Hasina's policy of leaving no one behind inherited from Bangabandhu: Radwan Mujib
The policy of the current government of Prime Minister Sheikh Hasina of "leaving no one behind" was a policy of Bangabandhu, said Bangabandhu's grandson and CRI's Trustee Radwan Mujib Siddiq today.
He made the remark during the online launch of the policy magazine 'WhiteBoard'.
The magazine will always give "balanced objective and clear messages" to policymakers, said its editor-in-chief Radwan Mujib during the launch through a webinar.
As revealed by Radwan Mujib, WhiteBoard will create a space for the brightest minds not just in Bangladesh but for the Bangladeshis making a difference aboard and capable to guide the country in overcoming the challenges it is dealing with.
The grandson of Bangabandhu Sheikh Mujibur Rahman reflected on the vision of the magazine, launched by Awami League's research wing Centre for Research & Information (CRI), which will cover a gamut of policy issues in Bangladesh.
Valuing youths as the driving force of this magazine, he said, "We're always open to our primary audience, which is the young generation."
Syed Mafiz Kamal, Co-editor of the magazine, moderated the event while Samia Huq, from Department of Economics and Social Science, BRAC University took part in the event. Samia is a member of the magazine's editorial advisory board.
Radwan wrote in the editor's note of the magazine, "Why have we launched this new initiative? Because Bangladesh is growing rapidly and confronting new challenges, with young people at the helm. Bangladesh is set to be among the world's top 30 economies by 2030."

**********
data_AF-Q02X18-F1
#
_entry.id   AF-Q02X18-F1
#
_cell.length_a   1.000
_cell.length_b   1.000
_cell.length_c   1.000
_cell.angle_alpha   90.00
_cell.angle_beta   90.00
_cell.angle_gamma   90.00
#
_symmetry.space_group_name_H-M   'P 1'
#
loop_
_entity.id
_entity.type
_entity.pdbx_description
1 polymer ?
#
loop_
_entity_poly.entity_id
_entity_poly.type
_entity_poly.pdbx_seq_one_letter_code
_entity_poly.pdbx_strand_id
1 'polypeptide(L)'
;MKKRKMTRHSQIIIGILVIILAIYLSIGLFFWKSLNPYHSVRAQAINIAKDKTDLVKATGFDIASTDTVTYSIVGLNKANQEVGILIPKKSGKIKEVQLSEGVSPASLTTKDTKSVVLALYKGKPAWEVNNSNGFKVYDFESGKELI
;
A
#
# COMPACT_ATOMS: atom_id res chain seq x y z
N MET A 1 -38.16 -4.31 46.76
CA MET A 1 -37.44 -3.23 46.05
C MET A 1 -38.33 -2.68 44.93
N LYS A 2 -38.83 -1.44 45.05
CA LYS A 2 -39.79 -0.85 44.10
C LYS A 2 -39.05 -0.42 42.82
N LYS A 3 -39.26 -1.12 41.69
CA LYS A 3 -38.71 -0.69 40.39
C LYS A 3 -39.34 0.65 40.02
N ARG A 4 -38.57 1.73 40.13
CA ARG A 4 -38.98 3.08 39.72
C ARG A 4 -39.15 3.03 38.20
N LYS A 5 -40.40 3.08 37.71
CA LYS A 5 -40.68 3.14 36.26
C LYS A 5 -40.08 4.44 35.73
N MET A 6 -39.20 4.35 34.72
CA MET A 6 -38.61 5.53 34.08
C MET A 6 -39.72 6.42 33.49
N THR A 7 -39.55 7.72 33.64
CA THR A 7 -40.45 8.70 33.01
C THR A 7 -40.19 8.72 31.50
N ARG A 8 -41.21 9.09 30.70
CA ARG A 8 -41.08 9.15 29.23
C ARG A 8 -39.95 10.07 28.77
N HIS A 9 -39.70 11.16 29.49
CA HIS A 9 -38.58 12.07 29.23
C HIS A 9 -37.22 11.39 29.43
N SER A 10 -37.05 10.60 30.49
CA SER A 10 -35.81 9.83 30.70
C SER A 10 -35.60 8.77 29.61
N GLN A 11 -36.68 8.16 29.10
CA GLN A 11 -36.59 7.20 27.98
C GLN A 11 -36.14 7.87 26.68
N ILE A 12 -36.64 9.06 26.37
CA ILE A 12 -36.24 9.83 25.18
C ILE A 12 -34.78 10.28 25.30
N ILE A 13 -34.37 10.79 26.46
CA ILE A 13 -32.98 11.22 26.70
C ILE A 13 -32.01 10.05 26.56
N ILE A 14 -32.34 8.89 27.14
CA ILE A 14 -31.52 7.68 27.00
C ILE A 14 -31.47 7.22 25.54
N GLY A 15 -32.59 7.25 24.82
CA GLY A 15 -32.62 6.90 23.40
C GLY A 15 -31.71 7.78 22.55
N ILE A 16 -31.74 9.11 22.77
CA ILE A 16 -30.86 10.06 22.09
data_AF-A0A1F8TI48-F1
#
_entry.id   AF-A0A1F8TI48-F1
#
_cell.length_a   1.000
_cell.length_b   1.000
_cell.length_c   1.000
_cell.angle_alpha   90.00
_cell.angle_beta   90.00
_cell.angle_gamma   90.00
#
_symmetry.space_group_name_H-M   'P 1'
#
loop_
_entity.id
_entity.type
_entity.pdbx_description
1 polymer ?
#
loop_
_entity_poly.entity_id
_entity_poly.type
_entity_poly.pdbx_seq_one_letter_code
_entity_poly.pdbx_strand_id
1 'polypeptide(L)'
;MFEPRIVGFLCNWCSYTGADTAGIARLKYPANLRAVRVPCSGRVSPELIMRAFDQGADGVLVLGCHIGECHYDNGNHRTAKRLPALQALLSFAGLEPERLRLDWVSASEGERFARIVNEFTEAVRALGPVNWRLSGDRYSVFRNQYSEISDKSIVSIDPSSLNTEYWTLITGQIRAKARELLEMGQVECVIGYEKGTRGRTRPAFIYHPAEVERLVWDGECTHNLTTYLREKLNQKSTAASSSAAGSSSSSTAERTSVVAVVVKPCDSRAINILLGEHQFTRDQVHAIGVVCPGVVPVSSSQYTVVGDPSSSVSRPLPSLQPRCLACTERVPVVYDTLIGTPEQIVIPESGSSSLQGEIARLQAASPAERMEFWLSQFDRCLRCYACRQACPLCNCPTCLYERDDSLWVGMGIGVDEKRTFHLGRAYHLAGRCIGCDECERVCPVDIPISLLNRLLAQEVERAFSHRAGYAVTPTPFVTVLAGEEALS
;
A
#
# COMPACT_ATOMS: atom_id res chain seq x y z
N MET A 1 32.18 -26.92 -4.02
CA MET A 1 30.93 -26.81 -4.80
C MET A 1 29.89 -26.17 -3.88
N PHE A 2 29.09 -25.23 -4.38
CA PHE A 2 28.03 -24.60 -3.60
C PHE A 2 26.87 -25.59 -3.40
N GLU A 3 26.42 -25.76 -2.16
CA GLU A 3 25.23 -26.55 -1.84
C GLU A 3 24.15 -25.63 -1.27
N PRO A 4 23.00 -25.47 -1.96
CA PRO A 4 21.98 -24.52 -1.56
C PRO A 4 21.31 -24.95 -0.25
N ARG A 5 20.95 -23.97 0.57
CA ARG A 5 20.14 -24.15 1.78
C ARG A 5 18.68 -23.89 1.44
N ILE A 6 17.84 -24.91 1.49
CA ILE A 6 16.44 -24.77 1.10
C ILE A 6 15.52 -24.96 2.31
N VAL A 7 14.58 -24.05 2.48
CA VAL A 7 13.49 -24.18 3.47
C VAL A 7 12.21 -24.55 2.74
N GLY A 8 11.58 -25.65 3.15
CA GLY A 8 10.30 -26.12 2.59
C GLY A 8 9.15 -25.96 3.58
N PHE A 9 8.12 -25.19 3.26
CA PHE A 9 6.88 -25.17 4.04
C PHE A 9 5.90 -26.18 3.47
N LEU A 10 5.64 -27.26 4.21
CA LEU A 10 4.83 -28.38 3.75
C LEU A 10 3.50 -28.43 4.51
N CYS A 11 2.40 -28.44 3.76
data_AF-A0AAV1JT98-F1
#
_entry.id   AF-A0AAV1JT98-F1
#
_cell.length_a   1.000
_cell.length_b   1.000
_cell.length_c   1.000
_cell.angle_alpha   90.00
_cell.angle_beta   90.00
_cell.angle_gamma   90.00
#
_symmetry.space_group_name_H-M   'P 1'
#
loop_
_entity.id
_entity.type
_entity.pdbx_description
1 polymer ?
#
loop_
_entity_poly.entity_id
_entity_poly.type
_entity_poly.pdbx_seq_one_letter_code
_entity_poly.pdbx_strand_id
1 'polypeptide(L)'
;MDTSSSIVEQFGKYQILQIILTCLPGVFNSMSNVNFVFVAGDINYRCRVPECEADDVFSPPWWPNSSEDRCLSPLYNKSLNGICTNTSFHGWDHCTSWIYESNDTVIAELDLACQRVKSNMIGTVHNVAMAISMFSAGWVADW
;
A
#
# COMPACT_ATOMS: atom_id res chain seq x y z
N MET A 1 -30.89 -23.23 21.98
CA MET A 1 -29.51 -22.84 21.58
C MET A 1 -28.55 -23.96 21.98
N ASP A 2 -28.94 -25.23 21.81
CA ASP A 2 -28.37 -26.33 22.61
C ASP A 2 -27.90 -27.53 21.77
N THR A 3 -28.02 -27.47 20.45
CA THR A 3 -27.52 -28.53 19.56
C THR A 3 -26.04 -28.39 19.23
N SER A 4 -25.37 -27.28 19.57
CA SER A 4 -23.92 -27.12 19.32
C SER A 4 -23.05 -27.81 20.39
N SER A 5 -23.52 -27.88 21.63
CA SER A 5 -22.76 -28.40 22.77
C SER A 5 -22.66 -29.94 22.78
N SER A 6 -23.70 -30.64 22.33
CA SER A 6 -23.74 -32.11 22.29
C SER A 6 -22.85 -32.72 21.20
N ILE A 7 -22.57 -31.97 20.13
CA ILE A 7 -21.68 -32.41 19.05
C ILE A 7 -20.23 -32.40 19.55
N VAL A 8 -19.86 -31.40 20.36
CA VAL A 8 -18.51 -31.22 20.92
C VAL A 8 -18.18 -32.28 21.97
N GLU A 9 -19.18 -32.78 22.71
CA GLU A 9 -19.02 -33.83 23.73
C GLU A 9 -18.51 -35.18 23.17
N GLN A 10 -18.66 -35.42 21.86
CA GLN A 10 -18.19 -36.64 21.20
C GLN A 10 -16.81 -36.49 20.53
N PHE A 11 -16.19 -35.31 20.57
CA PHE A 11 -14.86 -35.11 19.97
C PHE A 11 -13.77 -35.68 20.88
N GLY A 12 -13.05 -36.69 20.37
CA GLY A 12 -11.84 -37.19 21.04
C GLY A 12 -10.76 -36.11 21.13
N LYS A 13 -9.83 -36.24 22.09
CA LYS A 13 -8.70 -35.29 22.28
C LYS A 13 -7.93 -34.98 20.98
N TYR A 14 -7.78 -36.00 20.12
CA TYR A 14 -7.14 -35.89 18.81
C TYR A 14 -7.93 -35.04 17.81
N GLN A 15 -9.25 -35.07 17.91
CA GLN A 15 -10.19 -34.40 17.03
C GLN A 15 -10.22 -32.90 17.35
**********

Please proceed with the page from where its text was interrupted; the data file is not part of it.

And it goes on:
But, he said, there is a lack of data-driven and coherent analysis of what is happening in the country.
"This is where WhiteBoard steps in. Aimed at students and young professionals, policy-makers, and practitioners, both at home and abroad, WhiteBoard will be the go-to resource for the latest commentary on Bangladesh. We promote evidence-based analysis and incisive debate on topics ranging from the economy to gender-based violence, from tech innovation to youth employment. Nothing is off the table!"
The first issue brings forth Father of the Nation Bangabandhu Sheikh Mujibur Rahman's policies that outlined the nation's progress in the post-liberation war-torn country.
Talking about how the policies of Bangabandhu relates to today's policy landscape of Bangladesh, Radwan said the country in the last 10 years went back to some of its founding principles and one of them is 'friendship to all and malice to none', which relates to the country's good relations with so many economic partners.
As revealed by CRI sources, this issue debunks the myths about Bangabandhu's administration -- created and disseminated following the assassination of Bangabandhu and 16 of his family members in 1975.
The policies and methodologies of Bangabandhu, often lost under the weight of his other charismatic accomplishments such as fiery speeches and pro-liberation leadership, do deserve a chance to be heard by modern policymakers, youths.
All the content developers of this magazine are endowed with a track record of possessing ample knowledge of the vision.
A total of eight contributions were made to the first issue by eminent personalities, including renowned economist Rehman Sobhan, humanitarian activist Julian Francis, journalist Syed Badrul Ahsan, Professor Shams Rahman, and political scientist Rounaq Jahan.